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    ABSTRACT: Although not definitively proven, there is commonly accepted to be a latitudinal gradient in the distribution of multiple sclerosis (MS), which is more frequent in temperate zones. The European Mediterranean countries are situated in a zone of median frequency, although ever increasing figures have been noted in the last decades. The objective of this study was to assess the current prevalence rate of MS in the province of Malaga, Southern Spain. The capture-recapture method (CRM) uses independent sources of data and permits the number of non-registered cases of a given disease to be estimated, and by doing so, to avoid ascertainment bias. Use of this method showed the estimated prevalence rate of MS in the province of Malaga, Southern Spain, to be 125/10(5) (95% confidence interval: 102/10(5)-169/10(5)), higher than the figures published previously. Although we recognize that these data need to be confirmed in further studies and in other areas of the country using a similar method, we believe this study is the first to find such high figure of prevalence, being very similar to the figures reported in recent years in other southern European countries.
    Multiple Sclerosis 08/2011; 18(3):372-6. DOI:10.1177/1352458511421917 · 4.86 Impact Factor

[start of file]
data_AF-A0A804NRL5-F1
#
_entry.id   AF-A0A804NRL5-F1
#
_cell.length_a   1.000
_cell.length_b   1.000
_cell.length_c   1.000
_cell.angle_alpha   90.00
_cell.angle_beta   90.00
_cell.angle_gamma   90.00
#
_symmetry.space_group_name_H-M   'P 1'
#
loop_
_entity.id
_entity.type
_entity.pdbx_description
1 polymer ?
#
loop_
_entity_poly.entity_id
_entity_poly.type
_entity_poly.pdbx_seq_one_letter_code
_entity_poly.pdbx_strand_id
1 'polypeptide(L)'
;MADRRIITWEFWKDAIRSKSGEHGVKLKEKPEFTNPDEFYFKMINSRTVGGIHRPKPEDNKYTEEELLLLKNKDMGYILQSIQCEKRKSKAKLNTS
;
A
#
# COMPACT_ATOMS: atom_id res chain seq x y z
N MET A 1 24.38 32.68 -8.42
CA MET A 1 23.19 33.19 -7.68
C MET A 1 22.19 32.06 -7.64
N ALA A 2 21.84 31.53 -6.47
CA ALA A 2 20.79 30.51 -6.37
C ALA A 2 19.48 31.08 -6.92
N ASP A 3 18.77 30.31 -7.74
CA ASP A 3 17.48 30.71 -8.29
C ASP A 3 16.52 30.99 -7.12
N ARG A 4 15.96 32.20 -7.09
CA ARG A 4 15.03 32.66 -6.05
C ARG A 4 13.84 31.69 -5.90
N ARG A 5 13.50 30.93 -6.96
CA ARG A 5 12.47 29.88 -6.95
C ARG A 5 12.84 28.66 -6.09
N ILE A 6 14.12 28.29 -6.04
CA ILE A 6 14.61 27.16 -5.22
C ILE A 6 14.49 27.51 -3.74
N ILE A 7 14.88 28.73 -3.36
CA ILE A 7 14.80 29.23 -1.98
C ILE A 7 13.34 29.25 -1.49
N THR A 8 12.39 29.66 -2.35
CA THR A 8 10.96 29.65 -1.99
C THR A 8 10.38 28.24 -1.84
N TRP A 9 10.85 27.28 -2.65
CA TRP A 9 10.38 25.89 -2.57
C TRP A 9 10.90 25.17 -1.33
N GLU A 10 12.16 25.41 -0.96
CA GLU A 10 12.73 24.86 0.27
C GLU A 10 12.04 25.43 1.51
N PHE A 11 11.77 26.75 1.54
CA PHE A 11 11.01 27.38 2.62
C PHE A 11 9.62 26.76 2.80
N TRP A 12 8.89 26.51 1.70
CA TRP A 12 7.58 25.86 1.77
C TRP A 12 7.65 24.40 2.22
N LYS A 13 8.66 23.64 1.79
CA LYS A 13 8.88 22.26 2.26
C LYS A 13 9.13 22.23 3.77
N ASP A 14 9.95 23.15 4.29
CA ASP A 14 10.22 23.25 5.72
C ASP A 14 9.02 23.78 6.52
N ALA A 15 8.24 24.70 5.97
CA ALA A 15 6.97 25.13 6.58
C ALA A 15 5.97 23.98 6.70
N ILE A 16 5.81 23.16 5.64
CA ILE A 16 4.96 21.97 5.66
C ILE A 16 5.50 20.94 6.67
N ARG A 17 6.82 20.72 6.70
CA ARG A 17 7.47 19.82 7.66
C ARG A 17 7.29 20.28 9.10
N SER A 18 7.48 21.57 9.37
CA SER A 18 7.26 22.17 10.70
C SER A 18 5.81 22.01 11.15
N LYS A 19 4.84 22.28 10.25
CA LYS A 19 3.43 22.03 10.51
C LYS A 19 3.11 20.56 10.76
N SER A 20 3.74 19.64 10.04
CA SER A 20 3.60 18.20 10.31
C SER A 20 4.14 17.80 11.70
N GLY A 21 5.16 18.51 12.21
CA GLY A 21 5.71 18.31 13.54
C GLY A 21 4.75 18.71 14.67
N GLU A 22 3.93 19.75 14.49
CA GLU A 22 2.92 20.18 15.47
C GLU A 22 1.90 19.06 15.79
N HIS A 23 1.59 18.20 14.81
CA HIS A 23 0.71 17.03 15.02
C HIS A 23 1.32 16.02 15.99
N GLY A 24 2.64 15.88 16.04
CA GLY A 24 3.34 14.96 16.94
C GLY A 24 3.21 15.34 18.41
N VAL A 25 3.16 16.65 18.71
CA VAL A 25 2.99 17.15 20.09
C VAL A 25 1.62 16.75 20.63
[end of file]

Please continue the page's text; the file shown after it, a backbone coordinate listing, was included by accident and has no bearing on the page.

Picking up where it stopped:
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    ABSTRACT: Multiple sclerosis (MS) can be considered a disease that appears in genetically predisposed persons who, by chance, are also affected by some unknown environmental factor, probably infectious, that sets in motion an abnormal immune response leading to an autoimmune disease. Infectious agents are involved in the appearance of autoreactive T cells against myelin via various mechanisms, such as molecular mimetism or acting as superantigens. Numerous possible microorganisms have been suggested, including bacteria like Chlamydophila pneumoniae and many viruses, e.g., canine distemper virus, measles, varicella zoster, human herpes virus 6 (HHV-6) and Epstein-Barr virus (EBV). The association with EBV is the best studied over recent years. The frequency (incidence and prevalence) of MS seems to be increasing, which is better explained by the effect of some environmental factor. In this study we analyze some of the infectious agents that have been associated with the disease and discuss the hygiene hypothesis, which is one of the possible explanations for the epidemiological changes reported over recent decades.
    Current Immunology Reviews 01/2011; 7(1):75-82. DOI:10.2174/157339511794474262